Drake Power Plant’s days could be numbered. But it could be decades before the familiar plumes of steam no longer dominate the downtown landscape.
The Colorado Springs Utilities Board of Directors – essentially, City Council – asked the utilities staff to study the feasibility of de-commissioning Drake, the coal-fired power plant. Tentatively, the study will be finished in October, before the city’s next budget-planning period.
And that study could well mean the end of CSU’s investment into the Neustream, a dry coal scrubber developed by local company Neumann Systems.
“Can we drag our feet on the Neumann Systems?” asked board member Tim Leigh. “Just until we have some idea what we’re doing with Drake? It seems like we’re chasing the rabbit down the wrong hole.”
Neustream is a coal scrubber that rids emissions of sulfur dioxide. The utilities has spent more than $73.5 million testing the equipment in a public-private partnership, and the work has been certified by an outside agency.
“We invested in this technology because we thought it was the right technology to meet regulations,” said Bruce McCormick, chief energy officer. “We still do. But if the community says we want to look at something different downtown, we’re certainly open to looking at those options.”
Utilities staff agreed to halt or delay installation of equipment at Drake, currently slated for October. They also said some maintenance at the plant would have to be addressed, but they would seek the board’s approval on more expensive projects.
In recent weeks, business owners and developers have complained about the dominant role Drake plays in the downtown landscape. They claim the plant is an eyesore and harms economic development. Mayor Steve Bach wants to tear down the plant and move the Sky Sox stadium from Powers Blvd.
David Amster Olzweski , the owner of Sunshare Solar, told the board that he’s tried to recruit out-of-town workers for his solar company. When visiting the city, they declined the job because of Drake.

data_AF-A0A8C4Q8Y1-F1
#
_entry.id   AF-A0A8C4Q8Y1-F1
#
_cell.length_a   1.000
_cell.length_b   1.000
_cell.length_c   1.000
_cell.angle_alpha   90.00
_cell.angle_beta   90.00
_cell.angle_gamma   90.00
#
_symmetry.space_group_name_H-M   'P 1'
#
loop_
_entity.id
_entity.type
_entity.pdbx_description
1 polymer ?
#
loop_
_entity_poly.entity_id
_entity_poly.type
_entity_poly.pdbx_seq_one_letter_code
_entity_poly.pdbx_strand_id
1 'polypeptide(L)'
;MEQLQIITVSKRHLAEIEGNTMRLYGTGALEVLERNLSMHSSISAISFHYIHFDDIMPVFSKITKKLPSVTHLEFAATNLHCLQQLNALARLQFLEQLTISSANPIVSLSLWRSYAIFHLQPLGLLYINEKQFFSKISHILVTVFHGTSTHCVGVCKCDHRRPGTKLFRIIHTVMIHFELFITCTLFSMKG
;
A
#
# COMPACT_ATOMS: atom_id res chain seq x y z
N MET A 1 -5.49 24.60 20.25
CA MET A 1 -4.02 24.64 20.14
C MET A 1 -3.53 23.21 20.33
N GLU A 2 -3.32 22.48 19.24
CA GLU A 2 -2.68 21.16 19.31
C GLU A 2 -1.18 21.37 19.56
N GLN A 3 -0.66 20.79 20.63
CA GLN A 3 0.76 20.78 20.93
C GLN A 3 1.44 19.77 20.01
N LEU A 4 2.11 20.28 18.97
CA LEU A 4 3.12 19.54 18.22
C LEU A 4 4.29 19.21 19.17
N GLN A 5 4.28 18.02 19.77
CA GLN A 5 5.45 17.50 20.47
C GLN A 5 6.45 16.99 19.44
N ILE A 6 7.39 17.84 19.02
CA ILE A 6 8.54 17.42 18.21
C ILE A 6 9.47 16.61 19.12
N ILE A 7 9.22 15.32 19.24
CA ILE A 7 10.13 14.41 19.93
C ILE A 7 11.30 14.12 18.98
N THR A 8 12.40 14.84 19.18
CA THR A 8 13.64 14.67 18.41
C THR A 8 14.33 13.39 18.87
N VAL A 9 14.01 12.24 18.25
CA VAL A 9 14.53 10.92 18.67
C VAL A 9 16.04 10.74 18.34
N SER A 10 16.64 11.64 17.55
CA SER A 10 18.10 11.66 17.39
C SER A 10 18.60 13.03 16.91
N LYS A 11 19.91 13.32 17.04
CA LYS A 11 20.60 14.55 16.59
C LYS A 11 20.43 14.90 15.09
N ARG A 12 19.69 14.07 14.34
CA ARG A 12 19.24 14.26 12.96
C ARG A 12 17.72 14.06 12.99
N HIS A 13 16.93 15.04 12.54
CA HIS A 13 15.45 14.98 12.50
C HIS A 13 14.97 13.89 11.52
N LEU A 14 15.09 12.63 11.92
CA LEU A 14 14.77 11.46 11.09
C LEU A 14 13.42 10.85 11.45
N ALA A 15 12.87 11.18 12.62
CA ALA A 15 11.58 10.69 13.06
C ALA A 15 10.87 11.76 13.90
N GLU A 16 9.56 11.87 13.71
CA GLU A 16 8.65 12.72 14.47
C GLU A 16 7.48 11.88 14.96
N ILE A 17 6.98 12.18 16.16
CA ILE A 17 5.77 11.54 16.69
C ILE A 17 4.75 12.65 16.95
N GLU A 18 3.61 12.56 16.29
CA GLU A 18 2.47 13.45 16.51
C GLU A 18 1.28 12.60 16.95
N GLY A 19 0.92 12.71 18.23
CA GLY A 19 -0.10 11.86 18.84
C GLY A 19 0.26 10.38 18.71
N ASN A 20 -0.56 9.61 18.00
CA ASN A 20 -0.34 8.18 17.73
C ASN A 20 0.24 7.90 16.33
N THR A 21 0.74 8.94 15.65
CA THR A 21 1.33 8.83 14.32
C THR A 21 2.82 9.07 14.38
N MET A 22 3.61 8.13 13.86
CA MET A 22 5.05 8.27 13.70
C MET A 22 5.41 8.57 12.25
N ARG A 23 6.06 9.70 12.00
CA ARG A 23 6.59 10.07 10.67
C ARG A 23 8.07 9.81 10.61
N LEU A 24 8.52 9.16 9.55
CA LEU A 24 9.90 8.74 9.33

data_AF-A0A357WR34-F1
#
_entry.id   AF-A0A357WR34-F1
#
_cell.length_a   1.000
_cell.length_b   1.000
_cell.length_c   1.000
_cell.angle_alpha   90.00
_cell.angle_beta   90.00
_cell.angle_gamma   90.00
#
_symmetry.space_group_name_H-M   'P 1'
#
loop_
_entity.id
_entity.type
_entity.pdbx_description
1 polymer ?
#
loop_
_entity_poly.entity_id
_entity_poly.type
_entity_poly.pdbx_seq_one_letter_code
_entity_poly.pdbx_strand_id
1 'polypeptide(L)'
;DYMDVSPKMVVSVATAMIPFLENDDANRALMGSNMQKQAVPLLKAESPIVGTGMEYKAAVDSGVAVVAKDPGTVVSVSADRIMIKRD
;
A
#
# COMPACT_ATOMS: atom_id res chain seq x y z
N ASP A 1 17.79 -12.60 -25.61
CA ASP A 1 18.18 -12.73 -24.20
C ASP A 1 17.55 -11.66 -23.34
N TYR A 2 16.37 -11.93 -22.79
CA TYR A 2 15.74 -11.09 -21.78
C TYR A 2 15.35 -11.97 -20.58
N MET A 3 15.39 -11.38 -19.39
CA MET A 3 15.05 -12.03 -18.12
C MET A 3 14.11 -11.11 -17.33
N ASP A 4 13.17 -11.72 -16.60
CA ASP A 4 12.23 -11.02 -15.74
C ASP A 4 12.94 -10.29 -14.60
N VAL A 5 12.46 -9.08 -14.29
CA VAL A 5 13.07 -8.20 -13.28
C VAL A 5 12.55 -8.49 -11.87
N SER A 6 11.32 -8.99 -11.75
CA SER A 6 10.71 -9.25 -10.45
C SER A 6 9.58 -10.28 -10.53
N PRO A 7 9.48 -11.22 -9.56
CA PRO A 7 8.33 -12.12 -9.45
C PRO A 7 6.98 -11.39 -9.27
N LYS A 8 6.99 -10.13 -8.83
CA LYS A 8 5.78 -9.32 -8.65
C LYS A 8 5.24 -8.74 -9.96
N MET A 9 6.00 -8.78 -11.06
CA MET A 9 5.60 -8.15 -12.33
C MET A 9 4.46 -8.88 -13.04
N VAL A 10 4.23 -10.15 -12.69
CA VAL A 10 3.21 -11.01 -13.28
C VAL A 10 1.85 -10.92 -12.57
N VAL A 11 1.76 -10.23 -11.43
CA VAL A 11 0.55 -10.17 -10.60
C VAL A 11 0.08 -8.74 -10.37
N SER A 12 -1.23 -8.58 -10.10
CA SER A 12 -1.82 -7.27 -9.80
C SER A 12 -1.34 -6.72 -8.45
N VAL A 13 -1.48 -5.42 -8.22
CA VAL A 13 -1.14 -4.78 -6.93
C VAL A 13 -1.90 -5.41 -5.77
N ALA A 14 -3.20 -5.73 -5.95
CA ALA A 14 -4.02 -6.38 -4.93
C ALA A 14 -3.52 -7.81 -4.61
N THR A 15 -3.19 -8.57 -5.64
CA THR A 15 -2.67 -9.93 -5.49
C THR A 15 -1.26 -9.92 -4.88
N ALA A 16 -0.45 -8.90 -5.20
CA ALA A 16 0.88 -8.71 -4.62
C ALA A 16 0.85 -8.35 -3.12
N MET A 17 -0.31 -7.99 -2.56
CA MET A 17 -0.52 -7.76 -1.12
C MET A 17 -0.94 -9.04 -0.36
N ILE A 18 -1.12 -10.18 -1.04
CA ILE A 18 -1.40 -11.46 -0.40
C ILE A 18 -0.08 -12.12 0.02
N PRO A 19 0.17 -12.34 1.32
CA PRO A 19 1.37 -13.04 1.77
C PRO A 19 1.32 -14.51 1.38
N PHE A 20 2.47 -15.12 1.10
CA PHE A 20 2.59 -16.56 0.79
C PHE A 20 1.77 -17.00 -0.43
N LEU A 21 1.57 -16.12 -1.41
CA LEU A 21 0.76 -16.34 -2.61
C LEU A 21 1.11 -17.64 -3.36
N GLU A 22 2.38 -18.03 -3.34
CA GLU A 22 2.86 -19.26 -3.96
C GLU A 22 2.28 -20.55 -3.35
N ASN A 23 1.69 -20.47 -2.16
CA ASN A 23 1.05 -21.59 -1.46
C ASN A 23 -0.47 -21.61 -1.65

“I think it sends a signal about what this community’s about,” he said. “And they wouldn’t come here because it told them that this isn’t a forward-thinking community.”
Board member Bernie Herpin countered, saying that the air in Colorado Springs was clean and clear – and that businesses like Atmel and Agilent were here because of inexpensive power provided from coal use at Drake.
But Brandi Williams, who called herself the “token young professional” on the board, echoed Olzweski’s concerns.
“It does say something – it sends a signal,” she said. “And clearly, this issue is more important to my generation. We look at energy a different way than the generation before us.”
In commissioning the study to replace Drake, the board gave utilities staff a laundry list of issues to consider: the cost of removing Drake, the cost of replacing its coal energy with another form of energy; the economic benefit from having the space to develop for downtown and the options for where the plant might be located.
Chances are slim that the city could get another coal-fired plant through the permitting process, Herpin said.
But for some board members that is a reason to move to replace Drake.
“We might be using an energy that has a bullseye on it,” said Angela Dougan. “We’re planning for today’s regulations, but are we spending money for solutions that won’t work under stricter regulations? We need to look into that.”